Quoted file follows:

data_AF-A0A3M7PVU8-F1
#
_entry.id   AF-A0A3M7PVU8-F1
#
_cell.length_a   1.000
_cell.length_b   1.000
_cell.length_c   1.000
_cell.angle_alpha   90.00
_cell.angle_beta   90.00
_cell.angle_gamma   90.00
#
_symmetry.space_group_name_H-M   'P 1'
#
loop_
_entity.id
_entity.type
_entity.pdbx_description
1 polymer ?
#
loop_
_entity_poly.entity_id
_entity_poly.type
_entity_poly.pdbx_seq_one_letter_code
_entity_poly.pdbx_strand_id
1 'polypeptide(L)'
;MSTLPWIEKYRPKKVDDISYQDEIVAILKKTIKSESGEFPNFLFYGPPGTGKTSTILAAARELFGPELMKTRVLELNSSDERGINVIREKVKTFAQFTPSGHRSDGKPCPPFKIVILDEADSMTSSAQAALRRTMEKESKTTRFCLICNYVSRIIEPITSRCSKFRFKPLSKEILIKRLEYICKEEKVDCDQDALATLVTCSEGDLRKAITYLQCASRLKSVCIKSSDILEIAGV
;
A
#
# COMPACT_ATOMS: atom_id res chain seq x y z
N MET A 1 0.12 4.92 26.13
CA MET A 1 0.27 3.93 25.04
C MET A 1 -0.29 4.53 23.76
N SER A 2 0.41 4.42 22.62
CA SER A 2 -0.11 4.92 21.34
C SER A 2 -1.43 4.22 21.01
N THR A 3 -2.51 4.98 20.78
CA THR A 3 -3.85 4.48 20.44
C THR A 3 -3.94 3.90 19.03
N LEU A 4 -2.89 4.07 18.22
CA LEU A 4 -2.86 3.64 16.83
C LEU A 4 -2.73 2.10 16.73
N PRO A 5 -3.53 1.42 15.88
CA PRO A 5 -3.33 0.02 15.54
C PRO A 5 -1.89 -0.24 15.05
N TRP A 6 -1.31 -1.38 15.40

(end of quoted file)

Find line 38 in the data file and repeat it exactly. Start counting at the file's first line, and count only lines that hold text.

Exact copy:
CA THR A 3 -3.85 4.48 20.44